Monday, 14 May 2007

In Defense of Scientology?

Yes, I've gone crazy. Defending scientology is not only hugely unpopular, but it is also unimaginably unlike the core 'me'. However, with all the anti-scientology sentiment going around, I thought someone has to say something here. Albeit online.

It seems that being anti-scientologist is fashionable these days. Indeed, I think it fits neatly into the fad of being generally atheistic in today's world, where non-belief is seen as a form of rebellion.

However, anti-scientology sentiment differs; it differs in that it is able to unite believers of traditional religion to get a taste of what it's like to be an atheist. The premise here being that Religious people have an innate underlying level of doubt which sways them towards non-belief from time to time. There are very few truly faithful in this world. That is, most people don't believe in god, but they believe very strongly in 'belief in god'. That's why faith is seen as a most virtous quality in a person, since the large proportion of the religious inherently reject the stories that religions preach.

So attacking Scientology has provided a new outlet for the frustrated religious. In opposition to this cult, they can now freely voice their underlying logical rational cores. All this without the fear of social outcasting. They can feel like aethists and voice for ones, the opinions they truly believe in, not those that they think would be 'nice' to believe in.

But really. How does Scientology differ from any other religion?
a) A really stupid storyline on which the whole faith is based
b) A plan for ultimate happiness
c) A prophet
d) Economic Viability (to survive)

Granted that d) has gone way, way out of hand in the case of Scientology, but really....I think Scientologists have the right idea when they say they have a right to exist just like all other religions.

Sure, atheists (like I) are immune from this critiscism of the religous bias towards scientology. But even 'we' (if you're atheist) must not single out Scientology for their poor storyline and a ridiculous prophet, as other religions share these traits without exception.

P.S: I forgot to mention, a defense for anti-Sc. is that they are harming people by taking their money for the promise of ultimate revelation. Come on people! Look at the massive loss of life that occurs to this day due to Christian, Islamist or Hindu etc beliefs. I think taking money falls short on the 'harm-to-society' scale.


  1. In appreciation of your ability to think logically I will ask...don't you wonder how so many conclusions about Scientology bounce from one person to another using hearsay when people interested in an honest look could read the books and see if the information rings true? As far as saying they should visit a Church or Mission--they could also do that--but if their goal is to investigate or find fault then I would not recommend it. If they could go into a Church to see if they could find something to help themselves or others they would be on a more fruitful track.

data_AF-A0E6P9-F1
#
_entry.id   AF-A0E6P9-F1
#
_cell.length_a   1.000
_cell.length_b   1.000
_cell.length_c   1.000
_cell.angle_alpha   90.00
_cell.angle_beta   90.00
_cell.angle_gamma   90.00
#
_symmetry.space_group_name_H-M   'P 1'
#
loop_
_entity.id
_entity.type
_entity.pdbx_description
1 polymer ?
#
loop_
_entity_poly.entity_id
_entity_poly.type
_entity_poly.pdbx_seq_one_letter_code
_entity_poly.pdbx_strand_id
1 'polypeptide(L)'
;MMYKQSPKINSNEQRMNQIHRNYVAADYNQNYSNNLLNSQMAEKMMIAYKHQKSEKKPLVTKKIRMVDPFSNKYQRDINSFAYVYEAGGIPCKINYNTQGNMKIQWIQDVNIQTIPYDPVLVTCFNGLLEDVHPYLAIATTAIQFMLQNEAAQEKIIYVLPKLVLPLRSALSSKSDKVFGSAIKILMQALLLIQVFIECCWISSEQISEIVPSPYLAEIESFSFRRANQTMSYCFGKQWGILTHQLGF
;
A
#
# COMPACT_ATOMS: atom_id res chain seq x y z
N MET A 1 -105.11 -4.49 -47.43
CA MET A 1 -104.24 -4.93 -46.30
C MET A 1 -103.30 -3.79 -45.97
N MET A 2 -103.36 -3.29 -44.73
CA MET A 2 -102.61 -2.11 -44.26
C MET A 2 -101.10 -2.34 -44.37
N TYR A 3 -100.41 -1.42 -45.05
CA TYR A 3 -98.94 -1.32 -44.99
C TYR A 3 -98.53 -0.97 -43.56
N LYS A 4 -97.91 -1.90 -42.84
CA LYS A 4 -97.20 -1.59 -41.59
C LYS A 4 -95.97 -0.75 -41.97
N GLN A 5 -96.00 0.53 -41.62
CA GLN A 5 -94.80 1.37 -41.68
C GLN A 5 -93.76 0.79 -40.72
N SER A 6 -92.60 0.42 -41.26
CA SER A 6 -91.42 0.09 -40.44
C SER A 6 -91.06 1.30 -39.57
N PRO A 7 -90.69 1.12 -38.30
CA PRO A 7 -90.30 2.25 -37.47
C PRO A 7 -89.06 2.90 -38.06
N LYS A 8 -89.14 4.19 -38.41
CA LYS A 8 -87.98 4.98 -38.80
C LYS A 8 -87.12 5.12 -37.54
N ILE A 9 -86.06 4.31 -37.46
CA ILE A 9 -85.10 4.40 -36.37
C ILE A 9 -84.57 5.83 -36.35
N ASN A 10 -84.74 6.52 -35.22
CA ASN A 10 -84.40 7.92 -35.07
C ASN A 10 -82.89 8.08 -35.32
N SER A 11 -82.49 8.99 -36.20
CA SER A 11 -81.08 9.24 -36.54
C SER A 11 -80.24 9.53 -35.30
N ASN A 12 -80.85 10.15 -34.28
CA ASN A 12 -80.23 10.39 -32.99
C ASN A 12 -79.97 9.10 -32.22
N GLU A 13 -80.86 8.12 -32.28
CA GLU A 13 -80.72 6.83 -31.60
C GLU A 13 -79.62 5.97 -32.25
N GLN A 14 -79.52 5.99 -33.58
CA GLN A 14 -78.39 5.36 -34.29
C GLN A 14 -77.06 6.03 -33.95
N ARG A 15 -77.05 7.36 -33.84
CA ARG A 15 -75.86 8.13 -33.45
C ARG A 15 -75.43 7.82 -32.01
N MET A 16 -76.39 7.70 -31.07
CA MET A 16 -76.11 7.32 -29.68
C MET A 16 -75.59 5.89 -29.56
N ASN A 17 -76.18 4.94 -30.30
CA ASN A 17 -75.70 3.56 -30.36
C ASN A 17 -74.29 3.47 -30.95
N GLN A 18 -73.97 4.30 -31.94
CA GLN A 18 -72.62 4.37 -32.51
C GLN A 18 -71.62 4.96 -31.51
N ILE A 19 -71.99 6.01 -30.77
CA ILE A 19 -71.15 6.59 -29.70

2. You're very right. Frankly, I've never thought of that...but I do wonder now as to how much I know about scientology is just plain gossip.

  3. ""....As an early Greek said, "When one has examined the descriptions of God written by Man, he finds in that being, at best, a thirst for self-aggrandizement and adulation which would be disgusting in any man." Man has sought to make his God a "god of mud" because the early Greek, and even more distant peoples, made idols in the form of men by which they thought to entrap the beingness of local divinity who troubled them.

    More modern Man has fallen into the error of making God into the body of Home sapiens and posting him somewhere on high with a craving for vengeance and a pettiness in punishment matched only by the degradation of Homo sapiens himself.

    There are Gods above all Gods and Gods beyond the Gods of universes. But it were better, far better, to be a raving madman in his cell, than to be the thing with the ego, cruelty and jealous lust that base religions have set up to make men grovel down."" L. Ron Hubbard Scientology 8-8008

  4. I finished reading "Dianetics" recently, and started reading "The Science of Survival"...I have never been to a Scientology center, nor actually met anyone who (as far as I knew) was an admitted scientologist (I live in the midwest LOL)...

    I will say that the books are certainly an interesting read. L Ron Hubbard was a far-out person for sure. Most people I know who criticize scientology have never even read portions of the books.

    I do recommend "Dianetics", if anything to get a perspective on what the whole Mind-Science thing is based on. Even if you approach it from a "this is science-fiction" perspective it will very likely entertain you on various levels.